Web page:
Monday, May 21, 2012

Great Moroccan Lamb Dish...and Easy!

In Moroccan cuisine, the word “tajine” refers both to a cooking vessel, and to the stew cooked in it. The vessels are typically made from earthenware, with a domed top so the cooking vapors will condense on the inside and fall back into the dish. It simply has to be seasoned by first soaking in water, then filling with water and heating in the oven.  Then the unglazed areas are rubbed with a little olive oil and it's ready to go!
                I’d been wanting one for a while, and finally my husband got me one as a gift. Quite lovely, it can go right onto the stove top with a diffuser, and I’ve used it several times. I love the way it looks on the table, and in fact have it sitting on a shelf in the kitchen when I'm not using it, so all my friends can admire and covet it.
                Recently we had out of town guests coming and I wanted something interesting that wouldn’t take a lot of time.  Going through my files, I found one for a lamb meatball tajine that had those qualities.
                I served it with rice, but a more typical side dish would be couscous. You can find a pre-seasoned mix for that in any grocery, and it would cut down on prep time, since it’s ready in about five minutes. With a salad and some crusty bread for sopping up the juices, you can have a great meal for your guests in about 45 minutes.

Moroccan Lamb Meatball Tajine

2 lbs. ground lamb
2 large onions, very finely chopped, divided
3 tsp. ground cinnamon
1 tsp. ground cardamom
2 tsp. ground cumin
2 tsp. salt
¼ cup vegetable oil
3 tbsp. peeled and finely chopped fresh ginger
1 jalapeño pepper, seeds and veins removed, very finely chopped
1 bunch cilantro, stems removed, finely chopped
Juice and finely grated zest of two large lemons
2 cups beef stock
2 lemons, washed and quartered, for garnish
Additional cilantro leaves, for garnish.

                Preheat oven to 350o. Mix the lamb, half the onion and remaining meatball ingredients together well.  Form into 1” balls and place in one layer on a foil-lined baking pan. Bake for about 15 minutes. Reserve.
                Meanwhile, in your cooking pan of choice, heat the oil over medium heat. Add the remaining onion, the ginger and the jalapeño and cook, stirring occasionally until the onion is soft but not browned, about 5 minutes. Stir in the lemon juice and zest and the beef stock.  Season lightly with salt. Add the meatballs carefully, with any juices that have accumulated on the baking pan. Bring just barely to a simmer.  Lower the heat a bit, cover and cook for about 15 minutes.  Serve garnished with cilantro and lemon quarters. Serves 6 to 8.

NOTE #1:  If you don’t have a tajine (and most people probably don’t), a heavy lidded Dutch oven would work equally well.

Note #2: If you like a spicier dish, leave the seeds and veins in the pepper. If you have an asbestos palate, use two or more jalapeño peppers.

 Note #3: This reheats beautifully so if you like, you can make it a day ahead.
Posted by Picasa

Monday, May 07, 2012

Lemon-Herbed Chicken Pasta

Last week a friend from out of town called and said she was coming through Memphis. I immediately invited her to dinner. Looking through the contents of the fridge, I found a couple of grilled chicken breasts. That afternoon I had pinched the tops off my recently planted basil plants to encourage them to bush out so I had a nice little bunch. And as anyone who has a mint patch almost certainly knows, my mint was already hale and hearty, so I snipped a good handful of that as well.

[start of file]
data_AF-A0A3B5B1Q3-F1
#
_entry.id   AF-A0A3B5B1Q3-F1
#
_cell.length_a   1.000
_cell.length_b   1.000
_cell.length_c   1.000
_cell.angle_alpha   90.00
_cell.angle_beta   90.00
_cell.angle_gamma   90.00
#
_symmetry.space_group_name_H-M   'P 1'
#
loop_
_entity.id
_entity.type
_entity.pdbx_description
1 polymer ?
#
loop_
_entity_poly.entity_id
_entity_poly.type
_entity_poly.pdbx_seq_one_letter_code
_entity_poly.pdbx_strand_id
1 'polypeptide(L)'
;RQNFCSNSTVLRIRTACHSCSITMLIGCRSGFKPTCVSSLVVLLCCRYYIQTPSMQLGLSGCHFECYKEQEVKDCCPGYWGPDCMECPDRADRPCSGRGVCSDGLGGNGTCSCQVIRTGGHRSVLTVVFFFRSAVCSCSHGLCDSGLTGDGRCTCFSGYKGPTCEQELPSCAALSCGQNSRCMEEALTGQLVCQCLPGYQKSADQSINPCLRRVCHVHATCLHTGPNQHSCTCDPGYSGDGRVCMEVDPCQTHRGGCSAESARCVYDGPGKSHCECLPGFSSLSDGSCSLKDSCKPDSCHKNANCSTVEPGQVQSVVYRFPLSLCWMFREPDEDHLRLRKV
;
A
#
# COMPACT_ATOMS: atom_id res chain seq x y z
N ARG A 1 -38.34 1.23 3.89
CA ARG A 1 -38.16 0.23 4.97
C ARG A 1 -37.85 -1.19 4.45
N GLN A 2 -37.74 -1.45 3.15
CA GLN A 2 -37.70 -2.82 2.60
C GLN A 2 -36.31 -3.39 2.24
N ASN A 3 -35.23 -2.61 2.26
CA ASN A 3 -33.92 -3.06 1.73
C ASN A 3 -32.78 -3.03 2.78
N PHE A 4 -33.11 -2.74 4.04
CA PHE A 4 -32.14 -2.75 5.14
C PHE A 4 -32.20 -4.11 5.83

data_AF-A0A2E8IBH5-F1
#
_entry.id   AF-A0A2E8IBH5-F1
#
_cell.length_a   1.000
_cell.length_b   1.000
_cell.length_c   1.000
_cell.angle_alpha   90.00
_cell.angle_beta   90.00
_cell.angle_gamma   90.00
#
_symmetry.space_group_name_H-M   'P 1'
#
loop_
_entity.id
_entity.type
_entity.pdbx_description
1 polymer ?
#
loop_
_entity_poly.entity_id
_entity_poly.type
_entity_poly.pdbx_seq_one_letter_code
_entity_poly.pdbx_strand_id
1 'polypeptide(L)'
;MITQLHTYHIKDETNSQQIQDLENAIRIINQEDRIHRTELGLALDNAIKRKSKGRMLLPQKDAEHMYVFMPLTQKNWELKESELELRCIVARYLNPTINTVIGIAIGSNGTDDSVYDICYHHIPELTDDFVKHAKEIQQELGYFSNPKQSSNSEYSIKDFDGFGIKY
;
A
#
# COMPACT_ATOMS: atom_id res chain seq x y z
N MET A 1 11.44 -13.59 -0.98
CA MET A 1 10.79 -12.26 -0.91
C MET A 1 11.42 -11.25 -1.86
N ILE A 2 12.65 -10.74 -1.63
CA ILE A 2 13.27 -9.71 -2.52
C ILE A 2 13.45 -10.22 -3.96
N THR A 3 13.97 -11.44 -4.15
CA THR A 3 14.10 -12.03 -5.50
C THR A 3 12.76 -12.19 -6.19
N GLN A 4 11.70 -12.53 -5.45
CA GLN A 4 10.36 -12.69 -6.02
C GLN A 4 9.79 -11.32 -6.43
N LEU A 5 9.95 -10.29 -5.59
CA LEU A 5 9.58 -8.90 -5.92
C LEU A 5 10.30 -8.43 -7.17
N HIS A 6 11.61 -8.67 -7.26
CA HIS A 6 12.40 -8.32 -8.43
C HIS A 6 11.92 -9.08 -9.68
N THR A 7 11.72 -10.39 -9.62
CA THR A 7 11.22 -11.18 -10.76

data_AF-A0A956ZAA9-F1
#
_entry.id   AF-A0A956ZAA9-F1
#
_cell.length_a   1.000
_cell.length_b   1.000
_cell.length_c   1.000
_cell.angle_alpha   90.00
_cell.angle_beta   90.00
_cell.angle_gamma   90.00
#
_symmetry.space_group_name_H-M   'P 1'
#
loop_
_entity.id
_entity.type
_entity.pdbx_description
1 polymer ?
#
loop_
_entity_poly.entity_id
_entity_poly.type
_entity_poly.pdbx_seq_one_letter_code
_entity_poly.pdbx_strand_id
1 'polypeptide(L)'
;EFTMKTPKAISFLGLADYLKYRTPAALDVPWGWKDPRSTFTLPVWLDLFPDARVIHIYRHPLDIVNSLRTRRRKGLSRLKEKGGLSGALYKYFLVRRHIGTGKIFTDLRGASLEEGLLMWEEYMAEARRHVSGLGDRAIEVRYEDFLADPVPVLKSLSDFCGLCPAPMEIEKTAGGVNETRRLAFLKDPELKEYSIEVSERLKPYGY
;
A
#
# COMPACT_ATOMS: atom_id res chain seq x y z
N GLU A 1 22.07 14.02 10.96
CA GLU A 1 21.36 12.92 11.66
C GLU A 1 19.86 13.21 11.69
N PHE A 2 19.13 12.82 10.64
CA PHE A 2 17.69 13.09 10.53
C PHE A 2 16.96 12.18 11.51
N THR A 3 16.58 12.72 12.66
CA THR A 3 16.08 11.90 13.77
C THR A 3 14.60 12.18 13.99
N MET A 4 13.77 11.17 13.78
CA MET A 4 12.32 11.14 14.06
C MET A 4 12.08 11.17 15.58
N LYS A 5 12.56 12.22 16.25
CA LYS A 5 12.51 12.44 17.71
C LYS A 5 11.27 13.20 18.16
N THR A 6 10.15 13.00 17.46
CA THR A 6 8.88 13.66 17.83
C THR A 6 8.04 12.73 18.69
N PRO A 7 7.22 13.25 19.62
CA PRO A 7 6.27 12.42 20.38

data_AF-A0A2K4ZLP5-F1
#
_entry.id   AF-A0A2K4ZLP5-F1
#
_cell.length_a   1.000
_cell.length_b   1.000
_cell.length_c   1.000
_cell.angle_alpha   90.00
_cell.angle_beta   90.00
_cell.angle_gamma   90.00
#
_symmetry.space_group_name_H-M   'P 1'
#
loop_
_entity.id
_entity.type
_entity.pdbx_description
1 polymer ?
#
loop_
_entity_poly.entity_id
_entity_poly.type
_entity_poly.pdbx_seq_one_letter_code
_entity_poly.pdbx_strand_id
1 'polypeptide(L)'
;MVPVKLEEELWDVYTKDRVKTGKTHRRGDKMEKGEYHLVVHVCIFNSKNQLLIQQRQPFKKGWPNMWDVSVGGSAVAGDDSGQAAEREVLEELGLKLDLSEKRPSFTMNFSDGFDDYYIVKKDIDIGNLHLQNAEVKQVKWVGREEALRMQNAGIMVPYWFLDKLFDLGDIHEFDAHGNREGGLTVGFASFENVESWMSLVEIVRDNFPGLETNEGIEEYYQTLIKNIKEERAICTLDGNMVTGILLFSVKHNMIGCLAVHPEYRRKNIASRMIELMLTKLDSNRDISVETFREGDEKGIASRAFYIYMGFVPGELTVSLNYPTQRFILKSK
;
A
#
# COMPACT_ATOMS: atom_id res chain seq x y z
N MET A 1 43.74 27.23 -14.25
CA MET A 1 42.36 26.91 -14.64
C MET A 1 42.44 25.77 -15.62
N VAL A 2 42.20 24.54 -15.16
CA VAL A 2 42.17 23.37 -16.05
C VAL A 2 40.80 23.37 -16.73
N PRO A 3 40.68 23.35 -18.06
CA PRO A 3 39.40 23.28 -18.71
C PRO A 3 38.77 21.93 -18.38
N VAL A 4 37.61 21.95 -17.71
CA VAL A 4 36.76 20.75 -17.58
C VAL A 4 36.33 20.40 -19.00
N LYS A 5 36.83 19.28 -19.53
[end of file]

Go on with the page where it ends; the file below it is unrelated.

Although we don’t think of mint as typical of Italian cooking, some sources claim it to be the most widely used herb all over the country. If you google “mint in Italian cooking” you’ll come up with a lot of suggestions from almost every region. And it teams very nicely with basil, the herb you probably think of as the most common in Italian cookery.

I cut the grilled chicken into about 1/2-inch chunks, zested and juiced a couple of lemons and pulled a bag of frozen peas from the freezer. With a bit of sautéed shallot, we had a great sauce for pasta in a very short time. With a green salad and crusty bread, it made a lovely dinner.

I think this would also be great with shrimp, sautéed briefly in the olive oil after the shallots have softened, and then finished as in the recipe.

I really liked the grilled flavor of the chicken in this dish, but it would be equally good if you had leftover roast or poached chicken. About half a purchased rotisserie chicken would give you enough for this dish. Either way, you’ll have a great dish for spring guests.

Italian-Inspired Lemon-Herbed Chicken Pasta

¼ cup good fruity olive oil
1 small shallot, finely minced (about three tablespoons)
3 cups cubed or shredded cooked chicken
1 10-oz. bag frozen peas, thawed (see note)
Juice and finely grated zest of two large lemons
3 tbsp. (packed) each slivered fresh basil and fresh mint
12 oz. linguine
Freshly grated pecarino romano or parmesan cheese, to finish

In a heavy pan large enough to hold the pasta after cooking, heat the olive oil over medium heat. Add the shallot and sauté, stirring occasionally, until soft and translucent. Add the chicken. peas and lemon juice and zest and cook until just heated through.

Meanwhile, cook the pasta in plenty of well salted boiling water until barely al dente. Scoop out a cup of the pasta water and reserve. Drain the pasta and add to the pan with the hot chicken mixture. Sprinkle the fresh herbs over the top and toss to combine. Add enough pasta water to moisten. It will probably take about ½ cup. Divide among four flat soup or pasta bowls and serve immediately. Pass the grated cheese at the table. Serves four.

NOTE: You are likely to find fresh peas at the farmers’ markets this time of year. If you do, shell and blanch them about five minutes in boiling water before adding them to the chicken mixture.

Posted by Picasa